Hollywood actors

In Hollywood, actors still lie about their age

An anonymous actress has sued a movie database for revealing her real age.

October 20, 2011 — — Keira Knightley could do it. Everyone thought Ashton Kutcher did it, but it turns out he didn’t. And it’s pretty obvious that singer Nelly really did. The thing the three celebrities have been accused of doing is not being candid about their real ages.

Knightley, of “Pirates of the Caribbean” fame, is listed as being born in 1985 or 1983 depending on which source you use. Singer Nelly was over the age when Teen People named him one of the hottest stars under 25 – sadly, he was 28 at the time. Kutcher was born in 1978, although he was accused of reducing his age by four years until a reporter finally found his birth certificate confirming he was born at the end – not the beginning – from the 70s.

The issue of celebrity age deception recently made headlines after an anonymous actress sued movie database IMDb for posting her real age on her online profile – a profile that casting directors and the public could regularly access.

According to court documents, the unnamed Texas actress was 40, but looked and portrayed herself much younger and posting her real age “would make it nearly impossible for the rising actress to find work.” The lawsuit claims the actress signed up for IMDbpro to get her profile on the site, then IMBb crossed public records using her credit card information to determine her age and posted that information online.

Bradley Jacobs, film editor at US Magazine, said while the public perception might be that this type of lawsuit is about vanity, it’s more about money. “For someone who is a struggling actress, being known as 39 when she was supposed to be seen as 34 is crucial to her bottom line,” Jacobs said. “The closer you get to 40, the further you are from being an ingenue. And there just aren’t many roles for women in their 40s. Goldie Hawn once delivered the line, there’s three roles in Hollywood for women – ingenue, district attorney and Driving Miss Daisy.”

The question of age is crucial not only for actors but also for writers. So much so that the Writers Guild of America West “raised concerns with IMDb about its age list” because those ages can so often be used to unfairly categorize all kinds of Hollywood workers, a said Neal Sacharow, director of communications for the industry. group. Sadly, Sacharow wrote in an email interview, “IMDb has refused to do anything to change its policy.”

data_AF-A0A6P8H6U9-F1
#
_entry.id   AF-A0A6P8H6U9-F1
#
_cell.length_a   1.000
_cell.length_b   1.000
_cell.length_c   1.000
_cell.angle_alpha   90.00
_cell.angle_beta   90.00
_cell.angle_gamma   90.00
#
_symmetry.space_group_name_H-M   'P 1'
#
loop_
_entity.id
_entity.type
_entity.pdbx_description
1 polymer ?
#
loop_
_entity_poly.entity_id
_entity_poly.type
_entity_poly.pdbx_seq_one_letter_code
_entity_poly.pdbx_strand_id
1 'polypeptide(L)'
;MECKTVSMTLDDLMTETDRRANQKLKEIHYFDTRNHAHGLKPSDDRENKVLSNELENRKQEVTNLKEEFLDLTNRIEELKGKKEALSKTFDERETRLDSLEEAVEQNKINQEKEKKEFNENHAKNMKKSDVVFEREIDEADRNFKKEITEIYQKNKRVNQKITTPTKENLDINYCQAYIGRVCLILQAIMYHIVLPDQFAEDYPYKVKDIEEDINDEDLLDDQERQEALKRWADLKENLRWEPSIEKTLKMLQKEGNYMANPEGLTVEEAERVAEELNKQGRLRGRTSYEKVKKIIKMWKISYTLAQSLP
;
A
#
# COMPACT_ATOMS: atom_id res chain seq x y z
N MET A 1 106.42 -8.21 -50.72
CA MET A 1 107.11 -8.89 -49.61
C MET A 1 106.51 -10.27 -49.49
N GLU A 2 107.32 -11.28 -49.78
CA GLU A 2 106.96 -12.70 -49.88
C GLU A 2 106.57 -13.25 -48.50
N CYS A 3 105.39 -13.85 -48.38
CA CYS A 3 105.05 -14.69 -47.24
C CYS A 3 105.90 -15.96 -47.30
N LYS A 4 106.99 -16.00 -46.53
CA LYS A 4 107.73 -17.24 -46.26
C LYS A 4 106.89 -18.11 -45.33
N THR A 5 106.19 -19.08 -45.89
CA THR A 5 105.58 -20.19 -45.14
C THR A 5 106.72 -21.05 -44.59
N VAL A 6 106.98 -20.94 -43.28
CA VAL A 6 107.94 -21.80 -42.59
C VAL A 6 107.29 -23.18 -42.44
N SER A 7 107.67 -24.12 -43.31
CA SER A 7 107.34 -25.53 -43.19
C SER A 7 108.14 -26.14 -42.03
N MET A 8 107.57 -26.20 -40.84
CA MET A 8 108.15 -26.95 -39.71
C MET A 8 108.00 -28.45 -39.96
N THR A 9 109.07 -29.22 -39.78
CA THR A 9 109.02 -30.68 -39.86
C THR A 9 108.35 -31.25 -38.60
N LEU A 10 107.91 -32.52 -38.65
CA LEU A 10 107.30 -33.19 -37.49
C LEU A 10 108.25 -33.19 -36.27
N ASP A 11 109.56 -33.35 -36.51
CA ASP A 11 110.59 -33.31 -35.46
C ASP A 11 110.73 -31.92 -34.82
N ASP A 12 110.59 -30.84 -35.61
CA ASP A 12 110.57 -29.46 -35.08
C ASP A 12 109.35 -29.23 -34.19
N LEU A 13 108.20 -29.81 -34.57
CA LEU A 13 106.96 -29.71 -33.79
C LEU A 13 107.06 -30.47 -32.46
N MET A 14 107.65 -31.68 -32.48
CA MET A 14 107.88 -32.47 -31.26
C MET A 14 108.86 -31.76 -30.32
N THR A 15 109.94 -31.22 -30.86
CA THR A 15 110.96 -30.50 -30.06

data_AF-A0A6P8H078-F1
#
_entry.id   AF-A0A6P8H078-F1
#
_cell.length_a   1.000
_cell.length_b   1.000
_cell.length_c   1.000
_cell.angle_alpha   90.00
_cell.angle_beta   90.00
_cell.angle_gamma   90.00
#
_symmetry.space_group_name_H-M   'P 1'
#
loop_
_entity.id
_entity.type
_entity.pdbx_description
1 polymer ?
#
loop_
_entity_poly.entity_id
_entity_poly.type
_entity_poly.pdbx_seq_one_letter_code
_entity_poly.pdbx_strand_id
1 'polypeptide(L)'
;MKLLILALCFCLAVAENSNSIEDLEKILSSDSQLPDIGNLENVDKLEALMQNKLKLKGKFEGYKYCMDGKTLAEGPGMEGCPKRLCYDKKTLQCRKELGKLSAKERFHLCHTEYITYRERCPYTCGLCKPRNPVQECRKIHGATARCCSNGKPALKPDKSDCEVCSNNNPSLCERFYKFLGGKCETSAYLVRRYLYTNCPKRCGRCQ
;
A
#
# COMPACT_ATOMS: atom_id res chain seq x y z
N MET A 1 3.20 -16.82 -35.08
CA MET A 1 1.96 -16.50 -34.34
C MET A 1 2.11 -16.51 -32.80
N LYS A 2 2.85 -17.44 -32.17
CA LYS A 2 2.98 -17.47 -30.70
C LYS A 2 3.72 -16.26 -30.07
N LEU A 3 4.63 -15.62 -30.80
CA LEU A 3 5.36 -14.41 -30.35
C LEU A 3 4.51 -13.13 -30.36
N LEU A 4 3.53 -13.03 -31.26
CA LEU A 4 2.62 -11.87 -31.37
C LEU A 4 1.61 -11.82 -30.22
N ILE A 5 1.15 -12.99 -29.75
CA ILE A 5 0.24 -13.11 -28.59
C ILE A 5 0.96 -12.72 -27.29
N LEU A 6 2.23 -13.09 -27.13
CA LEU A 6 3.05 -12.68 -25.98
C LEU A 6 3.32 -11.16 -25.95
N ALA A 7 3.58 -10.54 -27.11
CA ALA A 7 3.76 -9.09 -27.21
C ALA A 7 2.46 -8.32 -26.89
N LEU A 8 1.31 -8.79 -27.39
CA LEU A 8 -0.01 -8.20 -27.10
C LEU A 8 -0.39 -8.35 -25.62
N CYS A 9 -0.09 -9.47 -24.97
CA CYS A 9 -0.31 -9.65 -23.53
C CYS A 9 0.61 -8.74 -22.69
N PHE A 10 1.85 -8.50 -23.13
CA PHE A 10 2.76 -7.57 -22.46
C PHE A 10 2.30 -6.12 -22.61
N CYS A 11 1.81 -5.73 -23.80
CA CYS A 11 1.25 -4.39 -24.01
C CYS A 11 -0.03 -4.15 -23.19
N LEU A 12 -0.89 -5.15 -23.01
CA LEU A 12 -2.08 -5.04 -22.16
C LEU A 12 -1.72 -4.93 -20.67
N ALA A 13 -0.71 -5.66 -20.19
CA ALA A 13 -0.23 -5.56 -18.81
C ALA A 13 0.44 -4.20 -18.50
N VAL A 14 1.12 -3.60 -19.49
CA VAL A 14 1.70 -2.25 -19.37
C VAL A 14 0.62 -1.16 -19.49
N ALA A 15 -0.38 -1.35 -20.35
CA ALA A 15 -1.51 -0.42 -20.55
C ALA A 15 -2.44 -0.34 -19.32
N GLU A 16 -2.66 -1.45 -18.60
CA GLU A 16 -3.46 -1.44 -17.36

IMDb, owned by Amazon.com Inc., did not respond to ABC News.com’s request for comment on its age-rating policy, but the website bills itself as “the most popular and trusted in the world for film, television and celebrity content”. precision can be its motivating factor.

But a noble quest for accuracy is probably cold comfort to Sandra Bullock, Salma Hayek and Cameron Diaz, actresses who have all been accused of citing less-than-accurate birthdates at various points in their careers. For the record, according to IMDb Bullock was born in 1964, Hayek in 1966 and Diaz in 1972.

Once Joan Rivers was asked if there was anything that made her angry when she read stories about herself and she replied “When they are my age”. And singer Cyndi Lauper has always refused to reveal her real age (June 22, 1953 according to IMDb) and told reporters who asked “What am I, a car?”

Years ago, when actors signed contracts to work for a particular studio and the studio system was much more controlled, an actor’s age was roughly whatever the boss of the studio said. Humphrey Bogart’s date of birth was December 25, 1900, even though he was born in 1899. And Katharine Hepburn reportedly avoided questions about his age and was known to deduct two years from his actual birth date of May 12, 1907.

But these days, any celebrity or aspiring celebrity interested in age modification is finding it increasingly difficult. Websites like Wikipedia and IMDb publish biographical data for the world to see. Public databases too.

And if everyone in your high school graduating class is posting pictures of your 10th grade reunion on Facebook, it’s pretty hard to tell people you’re still 18.

“Nowadays you kind of have to seal everything off at a young age and change your name if you really wanted to keep someone from knowing your real age,” Jacobs said.